A Grain of Rice Under A Microscope^

05Oct2013 . Los Angeles CA > Re-edited 21Feb2019 Santa Fe NM

by Nuttaphol Ma

I placed my body within the confines of the clocking in and the clocking out.  For the most part, the day unfolded the mundane.  I stood on the hard concrete floors, occasionally, greeted customers.  I walked around and around, straightened pillows, flipped hangtags hanging off the merchandise to show the company’s logo.  

I cleaned.  My favorite ritual was to comb through rows and rows of glasses, wiping every one of them down with windex.  I would work on one row, then moved onto the next.  The sales floor became my stage to perform. I labored the mundane act of serving, the act of cleaning, the act of standing.

The company upgraded to an electronic time clock in 2010 where we clock in our time using parts of our fingerprint.  It’s pretty high-tech.  I cannot explain in detail.  At my initial sign-in, the manager logged me into the system.  She asked me to record one of my fingers in the fingerprint reader.  The system then extracted parts of my fingerprint that resulted in a number that’s to be my unique employee identity.  From then on, I would use my finger to log my time.  I chose to use my left middle finger.

I usually work a full 8 hour shift.  Time fluctuated between movements and stagnations.  On a busy Autumn Sunday in 2010, time stopped ticking.  One of my colleague approached me looking deeply distraught.  I asked her what had happened.  She said, “Nuttaphol, they’re watching us.”  I responded, “Who’s watching us.?”  She responded, “the managers .. they were watching us … on the computer monitor in the office … laughing at us.  I saw.  The door peeked open.”  I placed my hand on her shoulder.  Our distressed eyes consoled the moment.  I left the conversation numbed, angered.  I woke up feeling like a grain of rice under a microscope.

It took me a long while to process what had happened.  Conceptually, I understood that my every movements were being watched at all times given all the cameras around the store.  The abstract understanding became a reality the moment my colleague shared with me what she had witnessed.

I did not have an outlet to share my experience but to turn inwards.  I wrote - simply just streams of words gutted from my inner core.  It was a cathartic self reflection as I was able to visually see and read what I truly felt.  The result was not enough.  It was a bunch of text on paper.  I wanted to tell more but did not know how.  I exhausted my search for a way to share with others in a thoughtful way.  In the end, the circular thinking in my head left a loud scream that no one can hear.

Sometimes, letting go in the heat of the moment is a good thing.  After my outpour of words on paper, I simply walked away.  Three years passed.  It was 2013.  I was still bothered from the incident that happened on that busy autumn Sunday on the sales floor.  
An opportunity to enroll in a documentary filmmaking workshop came my way.  I took up this new medium thinking that perhaps this unfamiliar process will offer a different perspective.  I’ll simply wander and allow the camera to tell my story not knowing where I’m headed but it’s better than being stagnant.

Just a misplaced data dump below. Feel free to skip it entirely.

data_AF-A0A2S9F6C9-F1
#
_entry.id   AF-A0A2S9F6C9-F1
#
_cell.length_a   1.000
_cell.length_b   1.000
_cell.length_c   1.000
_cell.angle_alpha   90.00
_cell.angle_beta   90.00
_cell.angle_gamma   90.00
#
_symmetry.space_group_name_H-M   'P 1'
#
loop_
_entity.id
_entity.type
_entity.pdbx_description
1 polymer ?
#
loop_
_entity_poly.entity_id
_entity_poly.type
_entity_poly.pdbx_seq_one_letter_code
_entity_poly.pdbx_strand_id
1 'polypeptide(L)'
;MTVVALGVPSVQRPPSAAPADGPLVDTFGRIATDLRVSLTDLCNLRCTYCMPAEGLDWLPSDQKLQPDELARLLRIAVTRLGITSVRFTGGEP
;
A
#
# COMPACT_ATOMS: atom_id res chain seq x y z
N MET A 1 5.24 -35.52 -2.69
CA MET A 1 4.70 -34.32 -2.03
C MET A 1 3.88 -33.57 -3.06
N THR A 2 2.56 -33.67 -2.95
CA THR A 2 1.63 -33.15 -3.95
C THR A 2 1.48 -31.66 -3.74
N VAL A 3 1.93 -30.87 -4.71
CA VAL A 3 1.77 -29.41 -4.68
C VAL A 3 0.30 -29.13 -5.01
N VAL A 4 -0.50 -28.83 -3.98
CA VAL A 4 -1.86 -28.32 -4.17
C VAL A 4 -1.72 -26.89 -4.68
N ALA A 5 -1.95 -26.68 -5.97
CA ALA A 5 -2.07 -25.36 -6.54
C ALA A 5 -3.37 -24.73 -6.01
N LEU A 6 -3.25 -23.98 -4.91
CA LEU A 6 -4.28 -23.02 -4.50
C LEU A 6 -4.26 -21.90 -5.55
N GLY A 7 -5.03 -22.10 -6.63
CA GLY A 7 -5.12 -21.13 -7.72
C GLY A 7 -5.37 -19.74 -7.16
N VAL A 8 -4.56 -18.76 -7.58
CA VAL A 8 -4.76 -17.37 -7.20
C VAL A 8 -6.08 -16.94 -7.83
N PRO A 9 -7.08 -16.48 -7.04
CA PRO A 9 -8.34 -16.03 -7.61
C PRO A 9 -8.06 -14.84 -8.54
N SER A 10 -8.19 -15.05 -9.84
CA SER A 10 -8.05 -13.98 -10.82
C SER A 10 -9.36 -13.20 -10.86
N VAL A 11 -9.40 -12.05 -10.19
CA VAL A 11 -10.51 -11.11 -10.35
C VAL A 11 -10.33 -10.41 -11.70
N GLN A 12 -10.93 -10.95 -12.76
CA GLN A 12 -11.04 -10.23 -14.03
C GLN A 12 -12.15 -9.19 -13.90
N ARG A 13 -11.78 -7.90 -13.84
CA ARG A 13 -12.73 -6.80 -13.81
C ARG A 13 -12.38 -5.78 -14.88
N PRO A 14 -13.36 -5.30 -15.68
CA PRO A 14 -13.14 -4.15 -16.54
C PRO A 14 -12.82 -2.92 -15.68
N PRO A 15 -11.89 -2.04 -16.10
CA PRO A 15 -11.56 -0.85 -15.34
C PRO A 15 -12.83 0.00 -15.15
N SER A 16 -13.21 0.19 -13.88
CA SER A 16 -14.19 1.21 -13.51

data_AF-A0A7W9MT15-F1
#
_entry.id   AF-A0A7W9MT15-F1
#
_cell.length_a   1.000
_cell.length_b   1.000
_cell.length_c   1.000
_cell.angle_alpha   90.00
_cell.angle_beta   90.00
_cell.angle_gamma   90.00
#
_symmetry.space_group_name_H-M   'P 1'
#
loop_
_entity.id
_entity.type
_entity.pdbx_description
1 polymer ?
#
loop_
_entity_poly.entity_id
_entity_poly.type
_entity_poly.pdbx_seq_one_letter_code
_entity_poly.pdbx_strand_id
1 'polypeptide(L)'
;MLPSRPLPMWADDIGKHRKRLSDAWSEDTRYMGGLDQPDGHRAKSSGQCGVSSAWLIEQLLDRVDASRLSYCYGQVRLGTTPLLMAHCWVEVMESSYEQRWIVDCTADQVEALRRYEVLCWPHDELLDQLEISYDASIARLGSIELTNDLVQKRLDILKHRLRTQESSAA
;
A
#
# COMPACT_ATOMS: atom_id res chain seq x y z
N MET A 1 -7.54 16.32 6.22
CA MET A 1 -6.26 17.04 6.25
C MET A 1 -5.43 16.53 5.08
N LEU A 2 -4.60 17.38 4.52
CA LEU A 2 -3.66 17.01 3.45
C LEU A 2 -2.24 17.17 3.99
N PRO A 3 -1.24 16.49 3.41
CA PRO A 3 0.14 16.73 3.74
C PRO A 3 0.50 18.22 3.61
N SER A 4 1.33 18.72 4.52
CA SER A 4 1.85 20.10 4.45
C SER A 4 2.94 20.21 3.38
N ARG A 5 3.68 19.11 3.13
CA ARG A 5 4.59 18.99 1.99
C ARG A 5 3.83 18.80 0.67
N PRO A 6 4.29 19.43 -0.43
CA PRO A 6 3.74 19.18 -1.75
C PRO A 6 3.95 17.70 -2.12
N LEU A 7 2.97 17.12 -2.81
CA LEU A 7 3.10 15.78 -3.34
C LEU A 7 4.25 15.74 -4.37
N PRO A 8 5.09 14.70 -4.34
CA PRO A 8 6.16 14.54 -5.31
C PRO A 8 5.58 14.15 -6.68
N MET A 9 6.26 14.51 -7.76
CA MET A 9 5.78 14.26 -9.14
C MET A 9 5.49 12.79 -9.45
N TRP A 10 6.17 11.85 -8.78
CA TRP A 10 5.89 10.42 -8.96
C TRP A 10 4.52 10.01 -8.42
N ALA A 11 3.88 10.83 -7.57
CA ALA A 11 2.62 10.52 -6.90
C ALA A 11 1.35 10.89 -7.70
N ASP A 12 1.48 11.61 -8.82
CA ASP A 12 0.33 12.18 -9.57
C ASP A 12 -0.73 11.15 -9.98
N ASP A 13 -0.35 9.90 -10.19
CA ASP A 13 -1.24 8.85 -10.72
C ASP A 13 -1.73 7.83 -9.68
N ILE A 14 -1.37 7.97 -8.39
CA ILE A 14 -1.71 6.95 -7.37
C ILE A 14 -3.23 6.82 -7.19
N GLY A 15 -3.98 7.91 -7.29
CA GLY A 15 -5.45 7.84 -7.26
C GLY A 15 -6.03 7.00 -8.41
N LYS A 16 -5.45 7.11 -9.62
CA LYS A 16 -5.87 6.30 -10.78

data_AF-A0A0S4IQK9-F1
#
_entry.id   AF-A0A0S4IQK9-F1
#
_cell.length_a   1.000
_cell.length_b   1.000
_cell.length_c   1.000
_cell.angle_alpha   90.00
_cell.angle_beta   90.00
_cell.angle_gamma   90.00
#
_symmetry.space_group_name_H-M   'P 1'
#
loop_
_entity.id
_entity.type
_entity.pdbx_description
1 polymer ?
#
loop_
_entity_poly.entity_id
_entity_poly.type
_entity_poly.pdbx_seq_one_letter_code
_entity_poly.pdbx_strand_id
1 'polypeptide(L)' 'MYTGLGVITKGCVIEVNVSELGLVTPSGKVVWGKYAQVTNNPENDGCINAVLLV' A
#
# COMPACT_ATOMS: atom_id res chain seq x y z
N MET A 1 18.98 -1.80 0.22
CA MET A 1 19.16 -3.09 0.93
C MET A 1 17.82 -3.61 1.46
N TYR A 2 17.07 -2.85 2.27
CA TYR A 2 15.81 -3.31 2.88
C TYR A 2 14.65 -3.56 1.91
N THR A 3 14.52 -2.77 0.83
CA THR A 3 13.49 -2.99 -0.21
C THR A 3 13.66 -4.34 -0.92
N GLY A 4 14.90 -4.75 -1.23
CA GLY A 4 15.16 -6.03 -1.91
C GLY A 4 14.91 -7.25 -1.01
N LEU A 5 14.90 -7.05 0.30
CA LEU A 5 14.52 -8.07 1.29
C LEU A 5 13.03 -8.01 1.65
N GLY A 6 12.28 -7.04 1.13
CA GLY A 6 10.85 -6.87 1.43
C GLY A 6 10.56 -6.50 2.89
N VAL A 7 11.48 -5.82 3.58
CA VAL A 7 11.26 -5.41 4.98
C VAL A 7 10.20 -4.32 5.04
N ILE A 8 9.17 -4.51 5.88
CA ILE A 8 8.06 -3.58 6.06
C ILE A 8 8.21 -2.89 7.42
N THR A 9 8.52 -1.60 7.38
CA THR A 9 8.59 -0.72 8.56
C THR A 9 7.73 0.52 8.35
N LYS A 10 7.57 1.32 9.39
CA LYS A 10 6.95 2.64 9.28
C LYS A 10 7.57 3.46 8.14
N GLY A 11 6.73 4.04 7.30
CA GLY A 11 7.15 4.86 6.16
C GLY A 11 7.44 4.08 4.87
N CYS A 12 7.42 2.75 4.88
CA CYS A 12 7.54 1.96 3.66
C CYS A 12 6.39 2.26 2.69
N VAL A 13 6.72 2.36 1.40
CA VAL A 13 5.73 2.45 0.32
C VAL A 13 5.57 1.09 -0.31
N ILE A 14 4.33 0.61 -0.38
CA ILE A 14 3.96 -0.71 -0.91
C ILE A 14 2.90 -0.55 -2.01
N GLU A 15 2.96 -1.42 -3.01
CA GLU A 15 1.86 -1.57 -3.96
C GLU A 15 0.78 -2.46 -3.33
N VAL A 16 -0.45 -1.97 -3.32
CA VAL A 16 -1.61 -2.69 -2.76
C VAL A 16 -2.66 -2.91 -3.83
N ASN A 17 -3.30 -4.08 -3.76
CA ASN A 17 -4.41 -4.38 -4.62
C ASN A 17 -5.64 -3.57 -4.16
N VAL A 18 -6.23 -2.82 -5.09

In the workshop, I was given two rolls of super 8 film to make a documentary.  I honestly did not know where to start but was floored by the fact that I was holding onto what essentially to me was ‘time’.  Why?  Because each roll of super 8 film translates to 3600 frames which equates to approximately 3 minutes 20 seconds.  In essence, I was holding onto 6 minutes 40 seconds of time!  

Holding onto time and thinking of ways to use this ‘time-object’ to reclaim the time that was taken away from me when my managers watched my activities on the office computer monitor became the building blocks for my documentary response.  The film’s blueprint chronicled my journey to retrace what I’d experienced on that busy Autumn Sunday; this time around, under my own terms.  I searched for the right setting to film.  It turned out to be a seat at a fast food joint where I had the perfect view of the confines of the clocking in and the clocking out, the activities behind the counter and on the other side of the counter.  The site was primed for my staged ‘sit-in’ to observe, watch and record the managers’ activities.
The two rolls of super 8 film were deconstructed to shoot one frame for every four seconds in order to capture my 8 hour sitting to mirror the 8 hour shift of the workers behind the counter.  The unknown became the script.  What resulted were recorded unfolding moments and conversations that occurred between management, myself and two police officers.

Post production was completed by the end of 2013.  Along the way, I created an artist book that included my sketches and notations connected to the project.  I’m grateful to have found a way to share my story - whether through this short writing or through special screenings interwoven with my storytelling.

Recently, I was asked what reconciliation means to me.  I couldn’t give an immediate response at the time; however, after much thought, I see reconciliation as a transition from a broken circle to a completed one.  As in the case of this unforeseen incident that happened to me back in 2010, I’ve completed a circle with this essay film entitled “A Grain of Rice Under a Microscope.”

A Grain of Rice Under A Microscope has since been screened at the following locations:  a) Echo Park Film Center (2013); b) Monte Vista Projects (2015); c) Human Resources (2017); d) Santa Fe Art Institute (2018)